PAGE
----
Uncharted Terrain: While It's Too Soon to Gauge the Extent of the Damage, the Judith Miller/Matthew Cooper Case Already Has Clouded Source-Reporter Relationships and Impelled News Organizations and Journalists to Reexamine Practices Ranging from Negotiating with Sources to Taking and Storing Notes

By Smolkin, Rachel | American Journalism Review, October-November 2005 | Go to article overview

Uncharted Terrain: While It's Too Soon to Gauge the Extent of the Damage, the Judith Miller/Matthew Cooper Case Already Has Clouded Source-Reporter Relationships and Impelled News Organizations and Journalists to Reexamine Practices Ranging from Negotiating with Sources to Taking and Storing Notes


Smolkin, Rachel, American Journalism Review


When Danielle Brian read that Time Inc. was giving reporter Matthew Cooper's notes and e-mails to the special prosecutor investigating the leak of a CIA operative's identity, she was stunned.

"It was a bombshell for us when we saw what Time had done," says Brian, executive director of the Project on Government Oversight, a watchdog group that works with media outlets and provides trusted reporters with names of government employees and contractors who must remain confidential. "We had always worried about a sloppy reporter, but I never thought there'd be a concerted decision made to turn over names."

She e-mailed Mark Thompson, a Time reporter she respects and has worked with for 20 years, to tell him that the magazine's actions in the Valerie Plame case will have "profound ramifications" for future collaborations with her organization. For a June investigative story on nuclear power plant security, Brian had put Thompson in touch with people who could lose their jobs if their names became known. "In the future, I will, of course, do everything I can to assist you with your stories, but because of your editor's actions, I simply will not be able to give you access to people whose identity needs to be protected," Brian wrote.

Her hesitancy is precisely the response that journalists and media advocates feared would follow the Judith Miller/Matthew Cooper cataclysm. It's too early to gauge the damage the case has wrought, but its immediate impact has been to unsettle some reporter-source relationships and to cloud journalistic practices ranging from negotiating with sources to taking and storing interview notes.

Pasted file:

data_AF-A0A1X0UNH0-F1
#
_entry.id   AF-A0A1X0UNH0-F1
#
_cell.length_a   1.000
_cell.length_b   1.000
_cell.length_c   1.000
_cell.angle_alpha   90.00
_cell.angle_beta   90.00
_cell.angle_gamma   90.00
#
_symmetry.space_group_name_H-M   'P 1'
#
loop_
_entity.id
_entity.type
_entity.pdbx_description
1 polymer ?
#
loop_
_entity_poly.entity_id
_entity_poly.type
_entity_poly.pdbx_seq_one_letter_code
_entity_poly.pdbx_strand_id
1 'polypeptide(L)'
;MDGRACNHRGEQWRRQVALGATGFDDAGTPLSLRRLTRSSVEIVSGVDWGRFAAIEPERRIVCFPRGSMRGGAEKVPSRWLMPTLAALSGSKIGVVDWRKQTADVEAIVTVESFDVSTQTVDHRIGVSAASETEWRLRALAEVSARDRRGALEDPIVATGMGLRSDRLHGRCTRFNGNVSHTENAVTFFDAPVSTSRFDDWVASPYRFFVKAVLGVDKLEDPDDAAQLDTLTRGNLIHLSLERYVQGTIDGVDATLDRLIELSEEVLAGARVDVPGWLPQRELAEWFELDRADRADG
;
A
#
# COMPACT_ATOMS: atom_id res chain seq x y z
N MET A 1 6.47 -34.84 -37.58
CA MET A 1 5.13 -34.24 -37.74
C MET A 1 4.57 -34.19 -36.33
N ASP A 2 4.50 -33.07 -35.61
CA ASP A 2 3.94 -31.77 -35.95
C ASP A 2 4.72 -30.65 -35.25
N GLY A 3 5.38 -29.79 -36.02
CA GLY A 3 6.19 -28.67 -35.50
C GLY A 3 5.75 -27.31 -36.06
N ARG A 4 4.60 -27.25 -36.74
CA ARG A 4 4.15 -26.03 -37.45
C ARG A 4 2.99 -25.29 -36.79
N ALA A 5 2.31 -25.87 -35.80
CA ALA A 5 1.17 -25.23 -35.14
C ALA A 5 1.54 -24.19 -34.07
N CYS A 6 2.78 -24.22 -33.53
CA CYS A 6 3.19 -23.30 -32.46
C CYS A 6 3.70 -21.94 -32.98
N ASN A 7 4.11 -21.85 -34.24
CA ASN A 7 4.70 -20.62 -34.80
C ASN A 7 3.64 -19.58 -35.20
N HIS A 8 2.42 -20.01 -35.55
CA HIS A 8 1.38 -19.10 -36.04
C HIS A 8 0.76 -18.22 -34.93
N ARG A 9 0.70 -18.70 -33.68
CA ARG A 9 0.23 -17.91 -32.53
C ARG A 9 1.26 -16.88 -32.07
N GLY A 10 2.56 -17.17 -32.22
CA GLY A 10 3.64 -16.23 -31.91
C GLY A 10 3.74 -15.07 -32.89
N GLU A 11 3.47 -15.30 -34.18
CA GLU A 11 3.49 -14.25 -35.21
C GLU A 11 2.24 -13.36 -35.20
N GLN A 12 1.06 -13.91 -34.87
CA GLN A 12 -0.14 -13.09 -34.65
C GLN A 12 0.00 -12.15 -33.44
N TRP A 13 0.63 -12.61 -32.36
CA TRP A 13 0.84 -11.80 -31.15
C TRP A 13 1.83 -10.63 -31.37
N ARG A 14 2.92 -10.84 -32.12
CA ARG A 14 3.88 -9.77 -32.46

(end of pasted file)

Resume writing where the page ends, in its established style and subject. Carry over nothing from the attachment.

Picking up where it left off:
A number of news organizations, including the two at the center of the Plame case--Time magazine and the New York Times--are consulting with attorneys and investigative reporters to find ways to guard sources' identities if notes and e-mails are subpoenaed. The reviews of standard journalistic techniques have raised sensitive questions, some of which are not resolved in the law and have produced no clear consensus among media lawyers. Who owns a reporter's notes? Should news organizations hand out laptops or external hard drives to give individual journalists--rather than the company--control over their work? How long should a reporter save notes? How far should a news outlet go in protecting a source and defying a court order?

As editors and lawyers revise internal policies, the prosecutor's actions in the Plame case and the dramatic jailing of Times reporter Judith Miller have rekindled efforts to enact a federal shield law that would protect reporters from revealing sources in most situations. Within the last 18 months, more than two dozen reporters have been subpoenaed or questioned about their confidential sources in cases before the federal courts, according to the Newspaper Association of America (see "Under Fire," February/March 2005).

The NAA, which represents newspaper publishers, is leading a coalition of more than 90 media and journalistic advocacy groups in pressing Congress to pass a shield law. As part of that effort, NAA staffers spent early August trying to document the dreaded "chilling effect" of the case so far.

"With banner headlines of a reporter in jail and others being pressured to turn over their sources, there has been a flurry of subpoenas and court battles seeking to compel reporters to reveal their confidential sources," the NAA wrote in an early draft of a document it planned to circulate on Capitol Hill. "When prosecutors and civil litigants are unable to obtain the information they seek through their own due diligence, they are now emboldened to use the judicial process to coerce reporters into fingering their sources. Confidential sources and newsrooms have noticed this coercive effort, and what has resulted is a chilling effect on the confidential source relationship. Confidential sources have retreated, newsrooms have become wary and the free flow of information to the public has been impoverished. …

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Uncharted Terrain: While It's Too Soon to Gauge the Extent of the Damage, the Judith Miller/Matthew Cooper Case Already Has Clouded Source-Reporter Relationships and Impelled News Organizations and Journalists to Reexamine Practices Ranging from Negotiating with Sources to Taking and Storing Notes
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